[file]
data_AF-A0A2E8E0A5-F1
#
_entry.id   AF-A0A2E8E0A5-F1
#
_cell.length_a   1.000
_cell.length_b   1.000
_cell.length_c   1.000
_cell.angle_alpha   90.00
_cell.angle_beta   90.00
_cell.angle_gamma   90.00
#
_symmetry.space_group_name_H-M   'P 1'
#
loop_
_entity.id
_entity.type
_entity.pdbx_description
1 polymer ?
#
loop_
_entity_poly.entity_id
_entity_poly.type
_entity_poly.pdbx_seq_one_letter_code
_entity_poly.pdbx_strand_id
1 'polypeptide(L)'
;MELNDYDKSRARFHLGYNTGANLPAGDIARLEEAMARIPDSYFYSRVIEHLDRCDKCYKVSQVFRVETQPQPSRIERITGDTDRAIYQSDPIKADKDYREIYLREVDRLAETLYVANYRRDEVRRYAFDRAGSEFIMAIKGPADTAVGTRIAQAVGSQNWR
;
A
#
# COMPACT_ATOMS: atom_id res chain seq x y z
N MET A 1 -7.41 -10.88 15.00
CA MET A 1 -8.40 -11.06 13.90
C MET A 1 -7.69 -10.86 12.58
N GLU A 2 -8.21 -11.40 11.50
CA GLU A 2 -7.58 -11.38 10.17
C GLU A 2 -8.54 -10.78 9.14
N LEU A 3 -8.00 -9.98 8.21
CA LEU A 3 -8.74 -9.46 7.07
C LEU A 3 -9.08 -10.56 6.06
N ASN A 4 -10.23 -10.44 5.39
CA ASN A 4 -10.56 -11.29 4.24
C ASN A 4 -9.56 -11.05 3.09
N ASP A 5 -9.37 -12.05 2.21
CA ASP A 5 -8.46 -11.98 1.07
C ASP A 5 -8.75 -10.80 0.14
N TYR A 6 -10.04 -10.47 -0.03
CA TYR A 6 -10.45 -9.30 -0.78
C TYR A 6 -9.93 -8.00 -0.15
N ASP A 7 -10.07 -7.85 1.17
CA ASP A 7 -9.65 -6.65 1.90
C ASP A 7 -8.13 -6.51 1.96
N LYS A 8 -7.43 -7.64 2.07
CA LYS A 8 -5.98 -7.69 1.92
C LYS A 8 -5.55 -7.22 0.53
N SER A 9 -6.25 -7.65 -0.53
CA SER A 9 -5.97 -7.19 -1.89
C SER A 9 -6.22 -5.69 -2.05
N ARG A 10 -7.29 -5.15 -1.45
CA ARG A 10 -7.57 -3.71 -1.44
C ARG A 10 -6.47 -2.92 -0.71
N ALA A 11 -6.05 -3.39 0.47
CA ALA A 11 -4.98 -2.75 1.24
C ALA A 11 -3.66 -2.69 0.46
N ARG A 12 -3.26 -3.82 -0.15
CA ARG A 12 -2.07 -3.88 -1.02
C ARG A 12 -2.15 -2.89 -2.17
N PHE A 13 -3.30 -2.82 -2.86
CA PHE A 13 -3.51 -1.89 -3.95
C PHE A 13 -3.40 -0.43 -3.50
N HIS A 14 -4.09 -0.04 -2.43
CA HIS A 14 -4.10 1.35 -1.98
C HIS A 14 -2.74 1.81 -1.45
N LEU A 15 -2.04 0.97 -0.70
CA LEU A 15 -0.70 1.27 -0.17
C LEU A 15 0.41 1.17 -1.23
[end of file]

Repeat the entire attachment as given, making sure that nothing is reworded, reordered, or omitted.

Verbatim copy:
data_AF-A0A2E8E0A5-F1
#
_entry.id   AF-A0A2E8E0A5-F1
#
_cell.length_a   1.000
_cell.length_b   1.000
_cell.length_c   1.000
_cell.angle_alpha   90.00
_cell.angle_beta   90.00
_cell.angle_gamma   90.00
#
_symmetry.space_group_name_H-M   'P 1'
#
loop_
_entity.id
_entity.type
_entity.pdbx_description
1 polymer ?
#
loop_
_entity_poly.entity_id
_entity_poly.type
_entity_poly.pdbx_seq_one_letter_code
_entity_poly.pdbx_strand_id
1 'polypeptide(L)'
;MELNDYDKSRARFHLGYNTGANLPAGDIARLEEAMARIPDSYFYSRVIEHLDRCDKCYKVSQVFRVETQPQPSRIERITGDTDRAIYQSDPIKADKDYREIYLREVDRLAETLYVANYRRDEVRRYAFDRAGSEFIMAIKGPADTAVGTRIAQAVGSQNWR
;
A
#
# COMPACT_ATOMS: atom_id res chain seq x y z
N MET A 1 -7.41 -10.88 15.00
CA MET A 1 -8.40 -11.06 13.90
C MET A 1 -7.69 -10.86 12.58
N GLU A 2 -8.21 -11.40 11.50
CA GLU A 2 -7.58 -11.38 10.17
C GLU A 2 -8.54 -10.78 9.14
N LEU A 3 -8.00 -9.98 8.21
CA LEU A 3 -8.74 -9.46 7.07
C LEU A 3 -9.08 -10.56 6.06
N ASN A 4 -10.23 -10.44 5.39
CA ASN A 4 -10.56 -11.29 4.24
C ASN A 4 -9.56 -11.05 3.09
N ASP A 5 -9.37 -12.05 2.21
CA ASP A 5 -8.46 -11.98 1.07
C ASP A 5 -8.75 -10.80 0.14
N TYR A 6 -10.04 -10.47 -0.03
CA TYR A 6 -10.45 -9.30 -0.78
C TYR A 6 -9.93 -8.00 -0.15
N ASP A 7 -10.07 -7.85 1.17
CA ASP A 7 -9.65 -6.65 1.90
C ASP A 7 -8.13 -6.51 1.96
N LYS A 8 -7.43 -7.64 2.07
CA LYS A 8 -5.98 -7.69 1.92
C LYS A 8 -5.55 -7.22 0.53
N SER A 9 -6.25 -7.65 -0.53
CA SER A 9 -5.97 -7.19 -1.89
C SER A 9 -6.22 -5.69 -2.05
N ARG A 10 -7.29 -5.15 -1.45
CA ARG A 10 -7.57 -3.71 -1.44
C ARG A 10 -6.47 -2.92 -0.71
N ALA A 11 -6.05 -3.39 0.47
CA ALA A 11 -4.98 -2.75 1.24
C ALA A 11 -3.66 -2.69 0.46
N ARG A 12 -3.26 -3.82 -0.15
CA ARG A 12 -2.07 -3.88 -1.02
C ARG A 12 -2.15 -2.89 -2.17
N PHE A 13 -3.30 -2.82 -2.86
CA PHE A 13 -3.51 -1.89 -3.95
C PHE A 13 -3.40 -0.43 -3.50
N HIS A 14 -4.09 -0.04 -2.43
CA HIS A 14 -4.10 1.35 -1.98
C HIS A 14 -2.74 1.81 -1.45
N LEU A 15 -2.04 0.97 -0.70
CA LEU A 15 -0.70 1.27 -0.17
C LEU A 15 0.41 1.17 -1.23